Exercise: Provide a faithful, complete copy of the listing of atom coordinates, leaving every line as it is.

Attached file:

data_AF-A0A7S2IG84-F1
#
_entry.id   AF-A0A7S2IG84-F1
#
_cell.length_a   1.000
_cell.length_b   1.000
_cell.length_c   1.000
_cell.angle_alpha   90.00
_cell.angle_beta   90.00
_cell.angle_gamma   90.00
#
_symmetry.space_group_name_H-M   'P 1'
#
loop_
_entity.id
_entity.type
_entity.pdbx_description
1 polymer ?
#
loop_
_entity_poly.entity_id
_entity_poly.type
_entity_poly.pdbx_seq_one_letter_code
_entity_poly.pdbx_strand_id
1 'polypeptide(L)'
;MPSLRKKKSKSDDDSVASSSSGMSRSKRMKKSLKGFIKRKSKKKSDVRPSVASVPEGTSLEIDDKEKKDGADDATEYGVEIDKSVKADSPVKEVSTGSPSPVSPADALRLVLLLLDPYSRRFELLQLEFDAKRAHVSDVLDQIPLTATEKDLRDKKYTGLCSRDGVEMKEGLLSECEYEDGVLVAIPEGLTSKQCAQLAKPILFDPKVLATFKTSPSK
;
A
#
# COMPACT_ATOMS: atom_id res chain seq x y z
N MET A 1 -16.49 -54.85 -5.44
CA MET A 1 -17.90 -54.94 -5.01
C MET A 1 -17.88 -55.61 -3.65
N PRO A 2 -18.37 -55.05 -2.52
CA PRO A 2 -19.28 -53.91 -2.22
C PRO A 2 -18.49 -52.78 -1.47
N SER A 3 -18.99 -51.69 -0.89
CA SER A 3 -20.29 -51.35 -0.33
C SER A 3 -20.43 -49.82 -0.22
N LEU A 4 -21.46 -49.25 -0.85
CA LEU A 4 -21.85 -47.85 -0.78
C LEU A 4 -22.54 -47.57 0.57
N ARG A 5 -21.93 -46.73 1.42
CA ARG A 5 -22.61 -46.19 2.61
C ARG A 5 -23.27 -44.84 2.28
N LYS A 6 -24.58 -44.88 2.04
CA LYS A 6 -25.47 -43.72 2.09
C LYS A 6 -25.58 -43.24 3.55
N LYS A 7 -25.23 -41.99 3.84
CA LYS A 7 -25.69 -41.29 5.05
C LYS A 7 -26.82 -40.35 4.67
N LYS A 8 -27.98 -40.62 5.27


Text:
data_AF-A0A7S2IG84-F1
#
_entry.id   AF-A0A7S2IG84-F1
#
_cell.length_a   1.000
_cell.length_b   1.000
_cell.length_c   1.000
_cell.angle_alpha   90.00
_cell.angle_beta   90.00
_cell.angle_gamma   90.00
#
_symmetry.space_group_name_H-M   'P 1'
#
loop_
_entity.id
_entity.type
_entity.pdbx_description
1 polymer ?
#
loop_
_entity_poly.entity_id
_entity_poly.type
_entity_poly.pdbx_seq_one_letter_code
_entity_poly.pdbx_strand_id
1 'polypeptide(L)'
;MPSLRKKKSKSDDDSVASSSSGMSRSKRMKKSLKGFIKRKSKKKSDVRPSVASVPEGTSLEIDDKEKKDGADDATEYGVEIDKSVKADSPVKEVSTGSPSPVSPADALRLVLLLLDPYSRRFELLQLEFDAKRAHVSDVLDQIPLTATEKDLRDKKYTGLCSRDGVEMKEGLLSECEYEDGVLVAIPEGLTSKQCAQLAKPILFDPKVLATFKTSPSK
;
A
#
# COMPACT_ATOMS: atom_id res chain seq x y z
N MET A 1 -16.49 -54.85 -5.44
CA MET A 1 -17.90 -54.94 -5.01
C MET A 1 -17.88 -55.61 -3.65
N PRO A 2 -18.37 -55.05 -2.52
CA PRO A 2 -19.28 -53.91 -2.22
C PRO A 2 -18.49 -52.78 -1.47
N SER A 3 -18.99 -51.69 -0.89
CA SER A 3 -20.29 -51.35 -0.33
C SER A 3 -20.43 -49.82 -0.22
N LEU A 4 -21.46 -49.25 -0.85
CA LEU A 4 -21.85 -47.85 -0.78
C LEU A 4 -22.54 -47.57 0.57
N ARG A 5 -21.93 -46.73 1.42
CA ARG A 5 -22.61 -46.19 2.61
C ARG A 5 -23.27 -44.84 2.28
N LYS A 6 -24.58 -44.88 2.04
CA LYS A 6 -25.47 -43.72 2.09
C LYS A 6 -25.58 -43.24 3.55
N LYS A 7 -25.23 -41.99 3.84
CA LYS A 7 -25.69 -41.29 5.05
C LYS A 7 -26.82 -40.35 4.67
N LYS A 8 -27.98 -40.62 5.27